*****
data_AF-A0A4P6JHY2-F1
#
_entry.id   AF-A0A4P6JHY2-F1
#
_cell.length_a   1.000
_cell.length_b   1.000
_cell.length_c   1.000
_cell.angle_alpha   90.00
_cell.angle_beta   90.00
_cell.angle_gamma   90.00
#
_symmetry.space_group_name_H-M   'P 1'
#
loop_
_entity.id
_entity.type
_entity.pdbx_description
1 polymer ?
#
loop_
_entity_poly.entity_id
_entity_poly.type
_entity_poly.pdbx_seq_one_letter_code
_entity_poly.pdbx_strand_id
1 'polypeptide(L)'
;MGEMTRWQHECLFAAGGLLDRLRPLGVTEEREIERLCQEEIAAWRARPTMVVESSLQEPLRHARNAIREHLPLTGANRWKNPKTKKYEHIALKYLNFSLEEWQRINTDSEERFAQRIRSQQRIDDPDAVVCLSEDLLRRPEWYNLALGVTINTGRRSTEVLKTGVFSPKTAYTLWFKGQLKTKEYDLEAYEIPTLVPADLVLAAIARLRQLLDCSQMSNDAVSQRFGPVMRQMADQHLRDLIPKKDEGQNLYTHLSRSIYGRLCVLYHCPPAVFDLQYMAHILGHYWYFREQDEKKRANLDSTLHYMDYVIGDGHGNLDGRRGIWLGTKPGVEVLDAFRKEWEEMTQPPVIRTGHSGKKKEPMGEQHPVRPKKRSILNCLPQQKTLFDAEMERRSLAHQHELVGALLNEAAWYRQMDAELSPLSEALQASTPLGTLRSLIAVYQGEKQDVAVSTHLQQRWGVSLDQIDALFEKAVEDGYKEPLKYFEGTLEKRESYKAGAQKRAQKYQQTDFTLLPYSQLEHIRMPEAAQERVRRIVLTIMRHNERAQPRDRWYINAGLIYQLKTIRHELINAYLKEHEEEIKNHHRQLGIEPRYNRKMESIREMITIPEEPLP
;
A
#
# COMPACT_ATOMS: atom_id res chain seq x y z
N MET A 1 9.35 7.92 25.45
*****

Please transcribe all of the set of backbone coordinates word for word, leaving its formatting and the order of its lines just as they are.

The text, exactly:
data_AF-A0A4P6JHY2-F1
#
_entry.id   AF-A0A4P6JHY2-F1
#
_cell.length_a   1.000
_cell.length_b   1.000
_cell.length_c   1.000
_cell.angle_alpha   90.00
_cell.angle_beta   90.00
_cell.angle_gamma   90.00
#
_symmetry.space_group_name_H-M   'P 1'
#
loop_
_entity.id
_entity.type
_entity.pdbx_description
1 polymer ?
#
loop_
_entity_poly.entity_id
_entity_poly.type
_entity_poly.pdbx_seq_one_letter_code
_entity_poly.pdbx_strand_id
1 'polypeptide(L)'
;MGEMTRWQHECLFAAGGLLDRLRPLGVTEEREIERLCQEEIAAWRARPTMVVESSLQEPLRHARNAIREHLPLTGANRWKNPKTKKYEHIALKYLNFSLEEWQRINTDSEERFAQRIRSQQRIDDPDAVVCLSEDLLRRPEWYNLALGVTINTGRRSTEVLKTGVFSPKTAYTLWFKGQLKTKEYDLEAYEIPTLVPADLVLAAIARLRQLLDCSQMSNDAVSQRFGPVMRQMADQHLRDLIPKKDEGQNLYTHLSRSIYGRLCVLYHCPPAVFDLQYMAHILGHYWYFREQDEKKRANLDSTLHYMDYVIGDGHGNLDGRRGIWLGTKPGVEVLDAFRKEWEEMTQPPVIRTGHSGKKKEPMGEQHPVRPKKRSILNCLPQQKTLFDAEMERRSLAHQHELVGALLNEAAWYRQMDAELSPLSEALQASTPLGTLRSLIAVYQGEKQDVAVSTHLQQRWGVSLDQIDALFEKAVEDGYKEPLKYFEGTLEKRESYKAGAQKRAQKYQQTDFTLLPYSQLEHIRMPEAAQERVRRIVLTIMRHNERAQPRDRWYINAGLIYQLKTIRHELINAYLKEHEEEIKNHHRQLGIEPRYNRKMESIREMITIPEEPLP
;
A
#
# COMPACT_ATOMS: atom_id res chain seq x y z
N MET A 1 9.35 7.92 25.45